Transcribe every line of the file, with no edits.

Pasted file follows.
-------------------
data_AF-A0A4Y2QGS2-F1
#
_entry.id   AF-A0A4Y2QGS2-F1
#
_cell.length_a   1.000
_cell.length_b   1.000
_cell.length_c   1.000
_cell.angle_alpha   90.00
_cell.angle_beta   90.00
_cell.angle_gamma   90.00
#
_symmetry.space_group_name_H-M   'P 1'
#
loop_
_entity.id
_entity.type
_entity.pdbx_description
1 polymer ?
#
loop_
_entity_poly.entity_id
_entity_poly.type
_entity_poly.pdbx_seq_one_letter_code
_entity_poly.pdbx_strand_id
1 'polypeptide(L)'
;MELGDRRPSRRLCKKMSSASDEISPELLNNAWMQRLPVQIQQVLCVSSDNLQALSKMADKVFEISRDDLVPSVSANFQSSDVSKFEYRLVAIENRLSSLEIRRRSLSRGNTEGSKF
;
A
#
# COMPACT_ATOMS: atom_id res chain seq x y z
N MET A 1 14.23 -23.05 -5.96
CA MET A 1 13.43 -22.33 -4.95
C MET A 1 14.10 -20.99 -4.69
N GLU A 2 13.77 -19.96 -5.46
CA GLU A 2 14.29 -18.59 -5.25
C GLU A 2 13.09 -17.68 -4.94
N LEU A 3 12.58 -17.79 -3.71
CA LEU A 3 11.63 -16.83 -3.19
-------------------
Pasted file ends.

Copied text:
data_AF-A0A4Y2QGS2-F1
#
_entry.id   AF-A0A4Y2QGS2-F1
#
_cell.length_a   1.000
_cell.length_b   1.000
_cell.length_c   1.000
_cell.angle_alpha   90.00
_cell.angle_beta   90.00
_cell.angle_gamma   90.00
#
_symmetry.space_group_name_H-M   'P 1'
#
loop_
_entity.id
_entity.type
_entity.pdbx_description
1 polymer ?
#
loop_
_entity_poly.entity_id
_entity_poly.type
_entity_poly.pdbx_seq_one_letter_code
_entity_poly.pdbx_strand_id
1 'polypeptide(L)'
;MELGDRRPSRRLCKKMSSASDEISPELLNNAWMQRLPVQIQQVLCVSSDNLQALSKMADKVFEISRDDLVPSVSANFQSSDVSKFEYRLVAIENRLSSLEIRRRSLSRGNTEGSKF
;
A
#
# COMPACT_ATOMS: atom_id res chain seq x y z
N MET A 1 14.23 -23.05 -5.96
CA MET A 1 13.43 -22.33 -4.95
C MET A 1 14.10 -20.99 -4.69
N GLU A 2 13.77 -19.96 -5.46
CA GLU A 2 14.29 -18.59 -5.25
C GLU A 2 13.09 -17.68 -4.94
N LEU A 3 12.58 -17.79 -3.71
CA LEU A 3 11.63 -16.83 -3.19